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Australian Climate Madness

Saturday, October 3, 2009

Playing politics with the ETS

It's been a rollercoaster week in climate change politics, with Malcolm Turnbull throwing down the gauntlet and staking his leadership on the Coalition negotiating with the government on the ETS before Copenhagen. The commentary in the media is mixed, with many saying Turnbull is taking the only sensible course, whilst others question his hot-headed reaction to the issue. Peter van Onselen in The Australian sums it up well:
At the beginning of the week The Australian surveyed the entire Liberal Party back bench. It is something the leadership team should have done a long time ago. Of the 59 parliamentarians contacted, a staggering 41 said they did not support Turnbull's desire to negotiate with a view to passing the government's ETS legislation ahead of the Copenhagen conference on climate change in December. Only 12 MPs agreed with their leader's position. That's one in five.

Initially Turnbull chose to question the survey's findings instead of learn from them. At a press conference on Wednesday, soon after returning from a short holiday in Italy, he said: "We can have journalists, you know, ringing up backbenchers and purporting to do surveys. Who knows how accurate they are?"

If Turnbull wants to question the findings of the survey, then that is his prerogative; shooting the messenger is one way to deal with a leadership crisis. Another would be to take stock of the findings and try to do something about it.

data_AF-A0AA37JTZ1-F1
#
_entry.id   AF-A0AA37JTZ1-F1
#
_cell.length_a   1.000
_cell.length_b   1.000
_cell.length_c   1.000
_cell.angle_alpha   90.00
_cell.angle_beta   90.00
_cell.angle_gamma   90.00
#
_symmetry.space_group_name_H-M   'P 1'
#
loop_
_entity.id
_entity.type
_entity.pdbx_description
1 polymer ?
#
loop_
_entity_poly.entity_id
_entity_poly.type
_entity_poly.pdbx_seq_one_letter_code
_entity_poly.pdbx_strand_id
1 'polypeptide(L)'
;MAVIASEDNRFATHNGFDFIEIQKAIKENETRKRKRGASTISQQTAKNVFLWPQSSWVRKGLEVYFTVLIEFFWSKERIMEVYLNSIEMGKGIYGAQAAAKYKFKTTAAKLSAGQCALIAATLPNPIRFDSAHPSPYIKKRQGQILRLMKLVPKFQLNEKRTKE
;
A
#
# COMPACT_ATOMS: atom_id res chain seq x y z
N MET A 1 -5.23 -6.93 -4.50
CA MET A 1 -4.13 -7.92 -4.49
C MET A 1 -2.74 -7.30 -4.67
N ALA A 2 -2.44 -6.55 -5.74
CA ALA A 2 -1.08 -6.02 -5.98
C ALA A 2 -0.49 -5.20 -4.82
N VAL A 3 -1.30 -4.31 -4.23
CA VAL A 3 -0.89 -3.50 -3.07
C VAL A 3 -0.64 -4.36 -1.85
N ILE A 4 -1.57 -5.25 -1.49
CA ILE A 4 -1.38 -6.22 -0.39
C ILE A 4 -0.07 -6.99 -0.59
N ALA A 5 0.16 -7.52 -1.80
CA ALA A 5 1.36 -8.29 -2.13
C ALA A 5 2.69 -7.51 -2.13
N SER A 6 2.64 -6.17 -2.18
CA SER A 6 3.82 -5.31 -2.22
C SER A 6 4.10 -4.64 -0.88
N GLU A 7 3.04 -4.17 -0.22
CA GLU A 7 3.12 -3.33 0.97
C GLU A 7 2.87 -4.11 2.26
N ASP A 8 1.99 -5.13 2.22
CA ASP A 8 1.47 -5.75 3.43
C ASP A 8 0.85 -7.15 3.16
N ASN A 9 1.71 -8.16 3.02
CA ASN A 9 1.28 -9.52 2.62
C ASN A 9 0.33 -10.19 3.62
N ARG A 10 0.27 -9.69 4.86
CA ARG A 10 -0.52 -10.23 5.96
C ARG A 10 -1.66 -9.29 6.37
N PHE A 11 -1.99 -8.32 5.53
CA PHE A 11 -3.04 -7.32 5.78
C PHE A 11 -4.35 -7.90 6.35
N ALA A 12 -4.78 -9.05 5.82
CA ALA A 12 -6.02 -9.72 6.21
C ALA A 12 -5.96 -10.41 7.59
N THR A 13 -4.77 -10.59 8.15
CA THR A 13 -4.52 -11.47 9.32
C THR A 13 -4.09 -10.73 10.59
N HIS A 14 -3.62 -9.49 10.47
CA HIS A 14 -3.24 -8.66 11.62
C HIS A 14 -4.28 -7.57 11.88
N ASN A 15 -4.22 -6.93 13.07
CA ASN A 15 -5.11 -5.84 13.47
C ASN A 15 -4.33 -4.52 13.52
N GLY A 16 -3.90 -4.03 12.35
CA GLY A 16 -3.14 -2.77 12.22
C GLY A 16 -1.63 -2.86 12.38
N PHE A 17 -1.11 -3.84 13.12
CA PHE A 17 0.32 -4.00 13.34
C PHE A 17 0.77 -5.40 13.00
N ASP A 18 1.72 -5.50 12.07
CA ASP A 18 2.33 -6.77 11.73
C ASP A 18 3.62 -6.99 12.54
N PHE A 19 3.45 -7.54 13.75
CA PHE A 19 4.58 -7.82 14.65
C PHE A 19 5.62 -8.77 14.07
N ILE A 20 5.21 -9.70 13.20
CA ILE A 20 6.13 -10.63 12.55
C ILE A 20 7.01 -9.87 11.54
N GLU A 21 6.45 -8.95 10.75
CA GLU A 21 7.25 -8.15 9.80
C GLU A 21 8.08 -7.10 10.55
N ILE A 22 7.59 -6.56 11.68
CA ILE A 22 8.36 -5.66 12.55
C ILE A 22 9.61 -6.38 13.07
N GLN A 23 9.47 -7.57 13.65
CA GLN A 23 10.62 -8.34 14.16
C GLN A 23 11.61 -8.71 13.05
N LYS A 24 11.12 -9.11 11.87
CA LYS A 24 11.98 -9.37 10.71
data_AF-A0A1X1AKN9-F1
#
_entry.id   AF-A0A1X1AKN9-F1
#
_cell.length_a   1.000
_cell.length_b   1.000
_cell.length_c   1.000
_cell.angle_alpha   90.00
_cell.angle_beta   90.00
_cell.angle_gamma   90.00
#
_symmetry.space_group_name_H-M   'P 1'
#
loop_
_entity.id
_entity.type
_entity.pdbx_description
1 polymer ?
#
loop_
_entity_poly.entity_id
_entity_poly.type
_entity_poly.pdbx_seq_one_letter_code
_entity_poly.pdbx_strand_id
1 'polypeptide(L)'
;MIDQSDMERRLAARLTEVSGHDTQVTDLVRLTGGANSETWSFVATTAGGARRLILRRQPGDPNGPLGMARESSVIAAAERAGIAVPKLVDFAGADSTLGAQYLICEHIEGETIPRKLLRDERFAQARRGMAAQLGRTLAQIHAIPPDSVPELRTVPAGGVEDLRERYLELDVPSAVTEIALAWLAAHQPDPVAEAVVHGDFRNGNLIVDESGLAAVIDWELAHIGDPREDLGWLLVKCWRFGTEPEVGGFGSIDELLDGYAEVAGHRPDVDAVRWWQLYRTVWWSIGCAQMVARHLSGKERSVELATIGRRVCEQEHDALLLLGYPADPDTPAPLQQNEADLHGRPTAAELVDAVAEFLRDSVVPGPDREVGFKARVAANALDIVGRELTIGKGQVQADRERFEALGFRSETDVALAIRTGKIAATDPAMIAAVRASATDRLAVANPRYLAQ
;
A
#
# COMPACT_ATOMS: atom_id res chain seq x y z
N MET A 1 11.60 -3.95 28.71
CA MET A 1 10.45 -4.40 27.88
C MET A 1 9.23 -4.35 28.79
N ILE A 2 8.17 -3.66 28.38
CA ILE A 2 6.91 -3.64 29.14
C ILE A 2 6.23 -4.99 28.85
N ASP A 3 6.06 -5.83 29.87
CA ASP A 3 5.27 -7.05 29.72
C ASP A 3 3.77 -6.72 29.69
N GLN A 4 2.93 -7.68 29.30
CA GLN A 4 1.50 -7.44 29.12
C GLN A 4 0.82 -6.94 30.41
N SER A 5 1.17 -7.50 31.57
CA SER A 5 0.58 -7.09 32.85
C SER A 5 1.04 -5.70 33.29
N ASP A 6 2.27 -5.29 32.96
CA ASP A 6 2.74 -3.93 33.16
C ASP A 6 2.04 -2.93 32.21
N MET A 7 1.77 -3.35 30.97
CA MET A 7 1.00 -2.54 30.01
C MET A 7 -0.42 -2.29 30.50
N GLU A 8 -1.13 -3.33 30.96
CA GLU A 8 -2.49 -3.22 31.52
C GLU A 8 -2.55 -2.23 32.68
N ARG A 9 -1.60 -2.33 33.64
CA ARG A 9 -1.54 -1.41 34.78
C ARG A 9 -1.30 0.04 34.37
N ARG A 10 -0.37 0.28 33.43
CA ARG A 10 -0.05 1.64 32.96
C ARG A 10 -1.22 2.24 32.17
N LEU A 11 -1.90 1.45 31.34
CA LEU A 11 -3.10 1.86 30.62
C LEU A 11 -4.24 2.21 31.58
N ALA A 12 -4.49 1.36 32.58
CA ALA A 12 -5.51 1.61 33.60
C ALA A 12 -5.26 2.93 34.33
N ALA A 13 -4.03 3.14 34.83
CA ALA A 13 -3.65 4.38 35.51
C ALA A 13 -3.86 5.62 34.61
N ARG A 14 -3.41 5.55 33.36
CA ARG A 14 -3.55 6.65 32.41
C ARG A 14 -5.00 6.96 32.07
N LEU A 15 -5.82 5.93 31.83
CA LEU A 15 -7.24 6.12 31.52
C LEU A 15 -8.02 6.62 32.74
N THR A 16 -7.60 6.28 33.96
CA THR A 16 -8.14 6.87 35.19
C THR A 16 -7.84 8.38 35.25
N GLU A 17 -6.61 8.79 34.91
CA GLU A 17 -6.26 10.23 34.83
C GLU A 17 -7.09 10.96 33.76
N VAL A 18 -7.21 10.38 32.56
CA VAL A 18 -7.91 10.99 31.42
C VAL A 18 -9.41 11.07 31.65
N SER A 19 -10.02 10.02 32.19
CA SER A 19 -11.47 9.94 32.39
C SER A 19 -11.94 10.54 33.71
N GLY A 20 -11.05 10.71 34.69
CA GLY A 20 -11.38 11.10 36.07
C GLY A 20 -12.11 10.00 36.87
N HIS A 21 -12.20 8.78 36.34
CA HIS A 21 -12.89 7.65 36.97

Perhaps Turnbull is more persuaded by established survey operations such as Newspoll, which for many months has shown him to be the least popular opposition leader in our nation's history.

After initial attempts to cast doubt on the findings of the survey, Turnbull turned half circle and realised he should probably emulate it and began ringing his colleagues to better understand their views on the ETS. Better late than never.

However, by the end of the week, Turnbull had had enough with soundings and consensus building, choosing instead to describe backbench colleagues critical of his leadership as "anonymous smart-arses". He boldly declared that if his party didn't support his position on ETS negotiations he didn't want to be leader. (Why he wants to be leader now anyway is another matter.) That was the threat.

So where to from here for Turnbull and the Liberal Party? He can't let the partyroom discredit his leadership by blocking him from even negotiating with the government, but the partyroom won't want a vote on the ETS legislation ahead of Copenhagen.

So the face-saving compromise is likely to involve getting the partyroom to support tough amendments that the government won't accept. The vote could then be delayed in the Senate by the Coalition dragging out debate and using its numbers to deny the government the chance to speed up the process. That would effectively meet the backbench desire to wait until after Copenhagen without embarrassing Turnbull (well, not too much anyway).

Turnbull would thus get to the end of the year before being forced to choose between supporting the wishes of his back bench and his desire to pass an ETS, thereby avoiding a double-dissolution election on climate change. In a sign late in the week that he was planning for the worst on this score, he weakened his rhetoric on the chances of the ETS passing, noting that he might well end up voting against it.

There is no easy way out for the besieged Opposition Leader. He has certainly made the situation harder for himself.

Read it here.


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